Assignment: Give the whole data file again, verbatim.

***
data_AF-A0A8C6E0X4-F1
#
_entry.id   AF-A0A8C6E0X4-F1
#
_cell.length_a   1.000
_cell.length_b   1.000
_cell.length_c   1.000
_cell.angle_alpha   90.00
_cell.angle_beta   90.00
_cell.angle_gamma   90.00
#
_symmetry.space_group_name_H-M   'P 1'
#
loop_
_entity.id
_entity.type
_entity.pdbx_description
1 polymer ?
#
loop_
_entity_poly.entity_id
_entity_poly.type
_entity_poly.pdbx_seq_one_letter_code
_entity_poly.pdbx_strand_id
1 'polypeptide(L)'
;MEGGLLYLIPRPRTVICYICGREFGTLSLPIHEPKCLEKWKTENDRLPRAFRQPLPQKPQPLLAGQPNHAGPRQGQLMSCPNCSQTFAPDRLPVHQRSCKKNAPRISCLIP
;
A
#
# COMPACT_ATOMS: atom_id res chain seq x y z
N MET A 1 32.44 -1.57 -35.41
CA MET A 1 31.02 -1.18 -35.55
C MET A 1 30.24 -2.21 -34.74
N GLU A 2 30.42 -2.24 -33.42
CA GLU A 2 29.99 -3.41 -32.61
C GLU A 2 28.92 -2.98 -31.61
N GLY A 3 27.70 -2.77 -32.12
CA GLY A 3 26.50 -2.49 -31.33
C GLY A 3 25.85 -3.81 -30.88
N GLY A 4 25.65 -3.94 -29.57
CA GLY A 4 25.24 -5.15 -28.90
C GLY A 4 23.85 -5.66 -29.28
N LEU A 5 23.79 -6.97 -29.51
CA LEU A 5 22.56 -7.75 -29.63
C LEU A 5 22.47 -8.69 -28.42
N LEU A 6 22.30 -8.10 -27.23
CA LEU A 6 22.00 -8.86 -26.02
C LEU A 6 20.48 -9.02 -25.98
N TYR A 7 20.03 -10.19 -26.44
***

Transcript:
data_AF-A0A8C6E0X4-F1
#
_entry.id   AF-A0A8C6E0X4-F1
#
_cell.length_a   1.000
_cell.length_b   1.000
_cell.length_c   1.000
_cell.angle_alpha   90.00
_cell.angle_beta   90.00
_cell.angle_gamma   90.00
#
_symmetry.space_group_name_H-M   'P 1'
#
loop_
_entity.id
_entity.type
_entity.pdbx_description
1 polymer ?
#
loop_
_entity_poly.entity_id
_entity_poly.type
_entity_poly.pdbx_seq_one_letter_code
_entity_poly.pdbx_strand_id
1 'polypeptide(L)'
;MEGGLLYLIPRPRTVICYICGREFGTLSLPIHEPKCLEKWKTENDRLPRAFRQPLPQKPQPLLAGQPNHAGPRQGQLMSCPNCSQTFAPDRLPVHQRSCKKNAPRISCLIP
;
A
#
# COMPACT_ATOMS: atom_id res chain seq x y z
N MET A 1 32.44 -1.57 -35.41
CA MET A 1 31.02 -1.18 -35.55
C MET A 1 30.24 -2.21 -34.74
N GLU A 2 30.42 -2.24 -33.42
CA GLU A 2 29.99 -3.41 -32.61
C GLU A 2 28.92 -2.98 -31.61
N GLY A 3 27.70 -2.77 -32.12
CA GLY A 3 26.50 -2.49 -31.33
C GLY A 3 25.85 -3.81 -30.88
N GLY A 4 25.65 -3.94 -29.57
CA GLY A 4 25.24 -5.15 -28.90
C GLY A 4 23.85 -5.66 -29.28
N LEU A 5 23.79 -6.97 -29.51
CA LEU A 5 22.56 -7.75 -29.63
C LEU A 5 22.47 -8.69 -28.42
N LEU A 6 22.30 -8.10 -27.23
CA LEU A 6 22.00 -8.86 -26.02
C LEU A 6 20.48 -9.02 -25.98
N TYR A 7 20.03 -10.19 -26.44